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5 things to know for April 7: Covid-19, voter suppression, Chauvin, China, Florida

A Minneapolis Police use-of-force training instructor testified that Derek Chauvin's kneeling on George Floyd's neck is not a trained neck restraint tactic. CNN's Omar Jimenez reports on day 7 of testimony.

Posted: Apr 8, 2021 3:30 AM
Updated: Apr 8, 2021 3:30 AM

The US economy is growing at its fastest pace since 1984, and will likely surpass its pre-pandemic size, the International Monetary Fund predicts. One big reason: The $1.9 trillion coronavirus stimulus package.

Here's what you need to know to Get Up to Speed and On with Your Day. (You can also get "5 Things You Need to Know Today" delivered to your inbox daily. Sign up here.)

1. Coronavirus

Nearly half of US adults could have a first Covid-19 vaccine dose by the weekend, and the country will have enough vaccines for all Americans by the end of next month. However, there are several reasons to temper any optimism that brings. For one, some willing adults may be waiting until the end of the year to get vaccinated because of slow rollouts in some states. Hospitals are also noticing younger and younger patients, and experts say youth sports and extracurriculars may be contributing to the rise. Researchers have also reported as many as 1 in 3 people infected with Covid-19 have longer term mental health or neurological symptoms. A quick look around the world: Chile is postponing its elections for five weeks due to a surge in cases, and India keeps breaking single-day case records, this time with a high of 115,000 new infections.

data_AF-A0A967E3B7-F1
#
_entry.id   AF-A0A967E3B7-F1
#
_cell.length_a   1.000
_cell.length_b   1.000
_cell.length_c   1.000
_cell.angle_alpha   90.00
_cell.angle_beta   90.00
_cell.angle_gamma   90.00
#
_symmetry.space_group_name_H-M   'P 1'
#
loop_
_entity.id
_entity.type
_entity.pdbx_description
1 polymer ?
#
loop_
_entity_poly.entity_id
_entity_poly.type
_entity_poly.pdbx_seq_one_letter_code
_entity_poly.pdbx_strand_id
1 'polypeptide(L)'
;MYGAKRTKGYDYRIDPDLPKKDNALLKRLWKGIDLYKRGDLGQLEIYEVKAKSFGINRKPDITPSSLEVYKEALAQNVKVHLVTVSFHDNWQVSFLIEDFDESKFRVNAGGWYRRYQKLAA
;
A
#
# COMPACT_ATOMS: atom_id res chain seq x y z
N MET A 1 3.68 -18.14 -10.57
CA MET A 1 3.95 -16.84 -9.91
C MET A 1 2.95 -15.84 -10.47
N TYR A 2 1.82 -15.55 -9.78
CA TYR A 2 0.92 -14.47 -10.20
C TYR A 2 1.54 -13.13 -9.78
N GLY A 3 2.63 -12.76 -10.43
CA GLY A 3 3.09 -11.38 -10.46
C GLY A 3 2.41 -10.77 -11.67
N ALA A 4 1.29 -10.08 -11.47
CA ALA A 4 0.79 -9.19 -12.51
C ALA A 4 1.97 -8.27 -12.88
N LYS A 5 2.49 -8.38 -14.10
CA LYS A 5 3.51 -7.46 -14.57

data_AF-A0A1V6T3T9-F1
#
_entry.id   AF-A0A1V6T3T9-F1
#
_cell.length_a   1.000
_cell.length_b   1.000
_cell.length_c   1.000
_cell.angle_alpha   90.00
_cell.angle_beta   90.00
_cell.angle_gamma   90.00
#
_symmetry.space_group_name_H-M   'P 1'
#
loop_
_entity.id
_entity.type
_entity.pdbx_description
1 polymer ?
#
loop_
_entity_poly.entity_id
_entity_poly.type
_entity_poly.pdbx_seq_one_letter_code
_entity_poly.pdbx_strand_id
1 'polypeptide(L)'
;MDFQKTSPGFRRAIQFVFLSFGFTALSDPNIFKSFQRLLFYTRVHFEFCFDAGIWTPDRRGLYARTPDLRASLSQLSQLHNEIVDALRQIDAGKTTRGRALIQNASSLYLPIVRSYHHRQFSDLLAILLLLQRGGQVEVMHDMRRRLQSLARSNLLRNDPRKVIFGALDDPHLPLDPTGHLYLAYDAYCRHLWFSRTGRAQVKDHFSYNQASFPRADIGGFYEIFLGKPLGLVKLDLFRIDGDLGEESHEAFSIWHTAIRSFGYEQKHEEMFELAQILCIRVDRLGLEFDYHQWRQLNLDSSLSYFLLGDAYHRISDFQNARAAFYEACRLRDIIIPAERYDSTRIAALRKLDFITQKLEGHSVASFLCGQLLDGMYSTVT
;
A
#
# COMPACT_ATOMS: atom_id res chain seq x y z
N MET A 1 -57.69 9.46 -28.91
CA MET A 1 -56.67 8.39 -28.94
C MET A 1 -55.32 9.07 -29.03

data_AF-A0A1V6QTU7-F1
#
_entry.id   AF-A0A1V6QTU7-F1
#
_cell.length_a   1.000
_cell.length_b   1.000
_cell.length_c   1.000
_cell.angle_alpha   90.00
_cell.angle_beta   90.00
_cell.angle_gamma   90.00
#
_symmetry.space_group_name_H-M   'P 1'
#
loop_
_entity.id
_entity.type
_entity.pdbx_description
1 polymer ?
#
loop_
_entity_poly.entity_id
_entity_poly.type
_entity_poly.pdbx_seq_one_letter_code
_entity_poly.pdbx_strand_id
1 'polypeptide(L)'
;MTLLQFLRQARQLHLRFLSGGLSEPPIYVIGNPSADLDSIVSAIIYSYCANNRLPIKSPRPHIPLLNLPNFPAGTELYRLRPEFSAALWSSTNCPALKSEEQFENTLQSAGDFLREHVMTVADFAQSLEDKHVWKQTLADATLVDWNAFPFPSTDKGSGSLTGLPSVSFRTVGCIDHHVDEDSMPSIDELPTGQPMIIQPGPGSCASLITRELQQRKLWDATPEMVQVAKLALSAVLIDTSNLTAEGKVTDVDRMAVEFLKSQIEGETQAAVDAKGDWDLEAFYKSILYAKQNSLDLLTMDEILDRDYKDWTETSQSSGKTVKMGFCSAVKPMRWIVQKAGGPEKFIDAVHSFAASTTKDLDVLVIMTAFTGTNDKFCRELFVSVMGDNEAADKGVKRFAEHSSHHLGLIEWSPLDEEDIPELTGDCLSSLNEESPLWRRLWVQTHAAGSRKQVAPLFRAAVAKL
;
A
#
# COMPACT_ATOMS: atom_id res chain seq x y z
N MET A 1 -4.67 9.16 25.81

2. Voter suppression

Atlanta Mayor Keisha Lance Bottoms has issued an executive order to "mitigate the impact" of Georgia's new election law. The city can't change or stop the state law, but her order will focus on things like voter education and efforts to inform people of what the new law requires them to do. Private corporations are still pushing back on the bill, creating an unusual rift between Republican lawmakers and big businesses -- two entities that are often allies. Senate Minority Leader Mitch McConnell warned big businesses they would face "serious consequences" after accusing them of employing "economic blackmail" in attempts to influence voting laws in the aftermath of Georgia's decision. By one tally, lawmakers in all but three states have introduced bills in state legislatures this year that would restrict ballot access.

3. Chauvin trial

Four witnesses, all law enforcement professionals, testified yesterday in the trial of Derek Chauvin, the former Minneapolis police officer charged with murder in the death of George Floyd last May. A lot of the testimony focused on whether Chauvin used excessive force when he knelt on Floyd's neck for more than nine minutes. A use-of-force expert from the Los Angeles Police Department said he did. A similar expert from the Minneapolis Police Department said the tactics Chauvin deployed are not those recommended in training. The trial's recent focus on police policy is a shift from its first week, which centered on what happened to Floyd on his last day. Testimony in the trial began last Monday and is expected to last about a month overall.

4. China